Linked by Jordan Spencer Cunningham on Mon 28th Jun 2010 23:01 UTC
Intel Intel has been working lately on "Atomising" the Android mobile OS in lieu of the upcoming Froyo (or 2.2) release so that it can be installed natively on x86 devices-- Atom-based netbooks in particular. Says Renee James, Senior VP for software and services at Intel: "Our expectation is that [native x86 Android] will be based on the Froyo release and will be available this summer to developers... [it] wasn't tremendously difficult, as we have a lot experience in Linux". The fun is supposed to arrive for developers this summer.
Order by: Score:
GoogleTV
by robojerk on Tue 29th Jun 2010 00:52 UTC
robojerk
Member since:
2006-01-10

I'm see that they're officially announcing it, but wasn't this already assumed when Google announced GoogleTV?

For the first year GoogleTV will only be on Atom based hardware. GoogleTV is built from Android and Chrome(the browser).

Reply Score: 2

android on x86 sounds awesome!
by DREVILl30564 on Tue 29th Jun 2010 01:00 UTC
DREVILl30564
Member since:
2008-04-18

I've been looking at getting one of those cheap chinese 7" netbooks with the ARM processor on ebay, particularly one of the ones that comes with google android installed instead of windows ce

do you have to pay to be a developer to have access to the developer builds of android? I'd love to try this out on my atom mini-itx desktop system just to see how it runs.

Reply Score: 1

Already been done
by 3rdalbum on Tue 29th Jun 2010 03:55 UTC
3rdalbum
Member since:
2008-05-26

Acer ported Android to x86 a while back, for their Aspire One netbooks (I am typing this message on an Aspire One that came dual-boot with Android).

Reply Score: 4

Probably worth a mention
by n0xx on Tue 29th Jun 2010 04:00 UTC
n0xx
Member since:
2005-07-12
http://www.android-x86.org/
by benoitb on Tue 29th Jun 2010 07:21 UTC
benoitb
Member since:
2010-06-29

The problems with this current android x86 implementation are:
- no intelligent management of usb storage (the first device you plug is mounted as the sd card)
- video is x264 only with 480pixels max
- I think there is no 3D acceleration
- many applications are now optimized with the NDK for ARM processors and won't run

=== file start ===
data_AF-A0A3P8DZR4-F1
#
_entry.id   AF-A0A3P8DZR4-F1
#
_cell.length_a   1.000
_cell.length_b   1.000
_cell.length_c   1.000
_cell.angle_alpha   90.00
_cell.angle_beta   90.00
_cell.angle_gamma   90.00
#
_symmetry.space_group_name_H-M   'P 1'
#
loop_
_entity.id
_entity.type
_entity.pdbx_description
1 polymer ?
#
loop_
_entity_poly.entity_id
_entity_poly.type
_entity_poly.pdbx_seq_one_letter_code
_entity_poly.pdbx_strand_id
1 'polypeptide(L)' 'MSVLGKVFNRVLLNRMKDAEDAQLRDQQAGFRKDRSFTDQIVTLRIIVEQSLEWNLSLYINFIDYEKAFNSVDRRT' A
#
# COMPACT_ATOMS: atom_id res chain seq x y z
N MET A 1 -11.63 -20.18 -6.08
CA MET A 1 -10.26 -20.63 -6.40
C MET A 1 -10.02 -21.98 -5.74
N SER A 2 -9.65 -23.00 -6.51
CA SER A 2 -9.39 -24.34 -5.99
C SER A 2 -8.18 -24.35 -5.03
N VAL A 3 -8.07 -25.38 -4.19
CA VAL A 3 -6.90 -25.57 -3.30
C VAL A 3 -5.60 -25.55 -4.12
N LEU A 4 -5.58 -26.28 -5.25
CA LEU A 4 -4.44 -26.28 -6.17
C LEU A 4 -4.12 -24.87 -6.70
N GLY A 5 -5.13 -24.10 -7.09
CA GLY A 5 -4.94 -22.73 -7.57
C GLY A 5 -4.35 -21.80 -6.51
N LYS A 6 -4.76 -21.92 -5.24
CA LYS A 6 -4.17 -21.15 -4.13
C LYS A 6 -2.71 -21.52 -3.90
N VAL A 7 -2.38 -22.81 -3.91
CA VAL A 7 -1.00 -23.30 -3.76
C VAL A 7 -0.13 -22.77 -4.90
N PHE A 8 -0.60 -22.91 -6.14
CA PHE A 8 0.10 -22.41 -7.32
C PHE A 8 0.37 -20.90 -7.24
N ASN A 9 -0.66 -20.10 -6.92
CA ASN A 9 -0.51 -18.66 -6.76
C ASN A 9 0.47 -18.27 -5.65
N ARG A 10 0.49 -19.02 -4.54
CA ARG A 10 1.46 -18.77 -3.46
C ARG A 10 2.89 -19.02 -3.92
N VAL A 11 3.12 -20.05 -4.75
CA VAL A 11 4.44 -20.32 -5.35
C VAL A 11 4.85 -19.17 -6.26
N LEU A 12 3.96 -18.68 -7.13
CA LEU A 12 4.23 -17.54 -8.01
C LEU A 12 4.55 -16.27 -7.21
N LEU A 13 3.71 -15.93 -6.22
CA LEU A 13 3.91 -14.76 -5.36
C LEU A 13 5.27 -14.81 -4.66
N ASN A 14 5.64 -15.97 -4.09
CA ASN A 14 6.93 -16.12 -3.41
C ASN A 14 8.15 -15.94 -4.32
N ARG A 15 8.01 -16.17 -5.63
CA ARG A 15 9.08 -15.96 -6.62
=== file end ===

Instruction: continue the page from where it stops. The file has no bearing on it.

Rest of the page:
Intel might solve the first 3 issues but will have difficulties solving the 3rd one.

I tried it on a eeePc 701. And I'd say it is an excellent OS for a netbook, I would love that Intel makes it really usable as my daily OS.

Edited 2010-06-29 07:22 UTC

Reply Score: 1

Comment by Laurence
by Laurence on Tue 29th Jun 2010 08:12 UTC
Laurence
Member since:
2007-03-26

Ok, at risk of sounding like a troll, I'd rather not see Android ported to x86.

x86 (and Intel particularly) already has far too much dominance over the CPU market. So it's about time ARM had something x86 didn't.

Reply Score: 5

RE: Comment by Laurence
by vivainio on Tue 29th Jun 2010 09:50 UTC in reply to "Comment by Laurence"
vivainio Member since:
2008-12-26

x86 (and Intel particularly) already has far too much dominance over the CPU market. So it's about time ARM had something x86 didn't.


Well, ARM has overwhelming dominance in mobile/embedded market.

Reply Score: 3

RE[2]: Comment by Laurence
by Laurence on Tue 29th Jun 2010 10:07 UTC in reply to "RE: Comment by Laurence"
Laurence Member since:
2007-03-26

Well, ARM has overwhelming dominance in mobile/embedded market.


Which counts for nothing on the netbook market unless they can utilise the brands they've gained in the mobile space.

ARM should be perfect for netbooks but at the moment it's an x86 / Windows arena.

So I stand by my point that I think this a real shame for ARM. Particlarly as iPad-style tablets are the latest fad. I can see Intel stealing the market from ARM just like they did with netbooks.

Edited 2010-06-29 10:08 UTC

Reply Score: 2

RE[3]: Comment by Laurence
by vodoomoth on Tue 29th Jun 2010 11:27 UTC in reply to "RE[2]: Comment by Laurence"
vodoomoth Member since:
2010-03-30

So I stand by my point that I think this a real shame for ARM. Particlarly as iPad-style tablets are the latest fad. I can see Intel stealing the market from ARM just like they did with netbooks.


It's fine to stand by your point but your last sentence is off key.

Who can say "Intel stole the netbook market from ARM"? Netbooks are still laptops no matter what the marketing people said. Intel has always played in that field. Was ARM in the game? Had ARM initiated the netbook market or been one of its pioneer actors, maybe you could have said "it's a shame ARM didn't keep its market share". Even then, markets usually involve several competitors, not landlords and thieves.

As far as I know, ARM netbooks are not common. I still have to see one in my town here in France. An ARM laptop may exist but I haven't heard of it.

Reply Score: 1

RE[4]: Comment by Laurence
by Laurence on Tue 29th Jun 2010 11:54 UTC in reply to "RE[3]: Comment by Laurence"
Laurence Member since:
2007-03-26

It's fine to stand by your point but your last sentence is off key.

Who can say "Intel stole the netbook market from ARM"? Netbooks are still laptops no matter what the marketing people said. Intel has always played in that field. Was ARM in the game? Had ARM initiated the netbook market or been one of its pioneer actors, maybe you could have said "it's a shame ARM didn't keep its market share". Even then, markets usually involve several competitors, not landlords and thieves.


The reason why I said what i said was simply because ARM is perfect for netbooks: it's cheap, lower powered, moderately spec'ed and ultra-portable.

You stated that netbooks are essentially laptops, which is true in a broader sense of the term. But the reality is that the two devices perform very different roles. Netbooks were never intended to be "laptops" in the traditional sense, but rather a cheap hub for online services and an office suite. Where as laptops these days are as powerful as many desktops and are usually brought to perform desktop-type processing while offering portability.